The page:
Punctuality is less rigid than in certain other cultures and it is not unusual for meetings to start late and run over the allotted time.
This level of uncertainty can make it difficult when scheduling a number of meetings on one day (especially if you need to travel around Mexico City between meetings.) Probably the best time to schedule meetings is between 10:00am and 1:00pm – as lunch usually begins around 2:00pm and can be quite lengthy.
If agendas are produced there would be little expectation that they would be followed systematically or any annoyance if non-agenda items are introduced during the meetings. Meetings are seen as opportunities for the free flow of ideas and information — although it is best to avoid very open disagreements with the most senior Mexican present as this could be construed as disrespectful and confrontational.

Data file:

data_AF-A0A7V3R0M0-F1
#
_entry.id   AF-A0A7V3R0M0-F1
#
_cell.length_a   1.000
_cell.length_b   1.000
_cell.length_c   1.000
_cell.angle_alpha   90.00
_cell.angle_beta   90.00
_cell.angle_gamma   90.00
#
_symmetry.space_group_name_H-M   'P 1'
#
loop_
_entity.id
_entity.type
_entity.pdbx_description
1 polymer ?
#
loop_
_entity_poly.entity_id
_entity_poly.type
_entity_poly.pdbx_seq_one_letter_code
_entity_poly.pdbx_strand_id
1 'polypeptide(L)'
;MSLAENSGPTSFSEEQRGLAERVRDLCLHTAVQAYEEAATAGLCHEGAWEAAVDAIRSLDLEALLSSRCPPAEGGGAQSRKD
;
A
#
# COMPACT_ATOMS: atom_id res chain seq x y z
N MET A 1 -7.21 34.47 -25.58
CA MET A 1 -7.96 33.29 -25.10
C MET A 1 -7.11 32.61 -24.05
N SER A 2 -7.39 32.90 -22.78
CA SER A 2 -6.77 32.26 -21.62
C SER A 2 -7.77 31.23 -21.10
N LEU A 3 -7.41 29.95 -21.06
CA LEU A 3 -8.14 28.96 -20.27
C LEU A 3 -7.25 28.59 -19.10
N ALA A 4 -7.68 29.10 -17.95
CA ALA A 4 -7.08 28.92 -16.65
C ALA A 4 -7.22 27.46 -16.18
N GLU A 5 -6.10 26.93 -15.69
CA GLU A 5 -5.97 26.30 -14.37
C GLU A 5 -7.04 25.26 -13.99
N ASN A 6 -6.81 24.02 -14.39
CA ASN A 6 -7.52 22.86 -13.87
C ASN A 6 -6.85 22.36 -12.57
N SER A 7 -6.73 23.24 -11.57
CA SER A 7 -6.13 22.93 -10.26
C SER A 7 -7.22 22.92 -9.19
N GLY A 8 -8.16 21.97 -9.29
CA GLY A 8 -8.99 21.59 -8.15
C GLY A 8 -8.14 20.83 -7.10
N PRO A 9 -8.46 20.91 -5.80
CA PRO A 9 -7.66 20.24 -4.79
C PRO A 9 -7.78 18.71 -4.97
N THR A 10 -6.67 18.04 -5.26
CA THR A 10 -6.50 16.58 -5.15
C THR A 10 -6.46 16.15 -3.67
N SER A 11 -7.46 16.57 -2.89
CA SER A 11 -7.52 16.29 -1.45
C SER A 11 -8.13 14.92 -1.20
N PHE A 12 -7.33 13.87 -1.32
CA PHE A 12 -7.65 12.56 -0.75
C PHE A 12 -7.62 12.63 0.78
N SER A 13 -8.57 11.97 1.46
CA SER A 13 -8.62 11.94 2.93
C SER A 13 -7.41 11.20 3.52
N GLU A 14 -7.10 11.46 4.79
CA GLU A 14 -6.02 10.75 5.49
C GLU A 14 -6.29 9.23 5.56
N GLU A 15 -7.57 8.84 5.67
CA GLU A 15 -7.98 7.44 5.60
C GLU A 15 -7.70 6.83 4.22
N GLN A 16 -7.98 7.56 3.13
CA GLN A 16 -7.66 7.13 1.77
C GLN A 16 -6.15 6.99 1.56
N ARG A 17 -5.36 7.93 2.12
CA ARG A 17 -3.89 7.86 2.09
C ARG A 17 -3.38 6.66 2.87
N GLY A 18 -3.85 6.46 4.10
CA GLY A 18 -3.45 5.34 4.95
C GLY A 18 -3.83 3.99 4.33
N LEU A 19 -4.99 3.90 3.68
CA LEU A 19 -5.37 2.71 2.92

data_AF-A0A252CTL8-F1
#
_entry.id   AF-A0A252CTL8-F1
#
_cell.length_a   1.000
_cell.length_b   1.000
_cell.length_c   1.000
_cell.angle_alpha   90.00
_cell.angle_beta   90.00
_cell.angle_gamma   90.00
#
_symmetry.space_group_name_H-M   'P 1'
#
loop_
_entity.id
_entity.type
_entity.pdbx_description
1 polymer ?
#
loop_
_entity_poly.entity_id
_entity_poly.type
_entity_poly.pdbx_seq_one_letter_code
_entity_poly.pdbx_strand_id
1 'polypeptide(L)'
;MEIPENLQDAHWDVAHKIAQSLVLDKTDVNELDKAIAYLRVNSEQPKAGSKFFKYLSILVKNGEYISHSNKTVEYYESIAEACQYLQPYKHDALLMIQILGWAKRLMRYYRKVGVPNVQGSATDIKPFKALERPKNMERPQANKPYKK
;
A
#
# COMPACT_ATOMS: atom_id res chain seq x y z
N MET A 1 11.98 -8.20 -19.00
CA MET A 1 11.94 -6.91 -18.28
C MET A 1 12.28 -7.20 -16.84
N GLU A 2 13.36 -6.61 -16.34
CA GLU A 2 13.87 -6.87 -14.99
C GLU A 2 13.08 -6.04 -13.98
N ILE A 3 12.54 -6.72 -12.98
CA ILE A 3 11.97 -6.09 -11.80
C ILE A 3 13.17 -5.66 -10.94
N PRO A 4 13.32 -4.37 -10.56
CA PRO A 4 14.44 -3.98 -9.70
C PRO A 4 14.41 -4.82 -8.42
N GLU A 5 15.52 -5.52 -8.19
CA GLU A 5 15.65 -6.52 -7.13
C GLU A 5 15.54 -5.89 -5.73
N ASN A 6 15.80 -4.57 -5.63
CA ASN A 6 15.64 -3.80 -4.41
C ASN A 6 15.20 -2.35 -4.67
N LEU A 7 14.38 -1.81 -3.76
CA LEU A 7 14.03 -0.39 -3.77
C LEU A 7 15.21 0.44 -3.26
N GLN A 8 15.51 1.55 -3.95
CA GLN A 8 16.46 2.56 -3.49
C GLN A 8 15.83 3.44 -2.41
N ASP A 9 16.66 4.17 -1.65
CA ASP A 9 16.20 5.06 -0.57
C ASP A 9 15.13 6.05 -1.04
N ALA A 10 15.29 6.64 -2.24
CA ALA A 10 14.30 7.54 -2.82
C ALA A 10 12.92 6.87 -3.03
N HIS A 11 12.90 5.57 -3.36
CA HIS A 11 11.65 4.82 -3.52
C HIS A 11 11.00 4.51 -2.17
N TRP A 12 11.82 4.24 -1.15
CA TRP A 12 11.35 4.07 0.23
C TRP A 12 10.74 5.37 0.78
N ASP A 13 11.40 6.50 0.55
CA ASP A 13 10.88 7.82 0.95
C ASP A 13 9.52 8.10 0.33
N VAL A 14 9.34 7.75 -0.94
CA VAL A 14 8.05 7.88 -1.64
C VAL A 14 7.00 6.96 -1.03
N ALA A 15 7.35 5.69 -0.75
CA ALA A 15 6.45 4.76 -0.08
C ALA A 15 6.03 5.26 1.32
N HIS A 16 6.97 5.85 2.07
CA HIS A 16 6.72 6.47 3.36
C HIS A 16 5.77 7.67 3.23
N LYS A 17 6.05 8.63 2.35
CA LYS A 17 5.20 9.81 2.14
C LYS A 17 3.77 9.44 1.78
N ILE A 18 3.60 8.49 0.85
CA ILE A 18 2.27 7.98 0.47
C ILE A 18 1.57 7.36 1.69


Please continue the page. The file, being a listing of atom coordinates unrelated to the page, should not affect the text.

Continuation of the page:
Open signs of emotion, through the use of interruptions and speaking loudly, are seen as a sign of active engagement rather than an unnecessary loss of control. Do not assume that, if a Mexican becomes highly emotional during a meeting, they have lost their sense of professionalism — they are probably conveying their sense of commitment and interest.
It is not uncommon for small side-meetings to occur during a larger meeting or for people to interrupt colleagues in mid-sentence.
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This World Business Culture profile is designed as an introduction to business culture in Mexico only and a more detailed understanding needs a more in-depth exploration which we can provide through our training and consultancy services.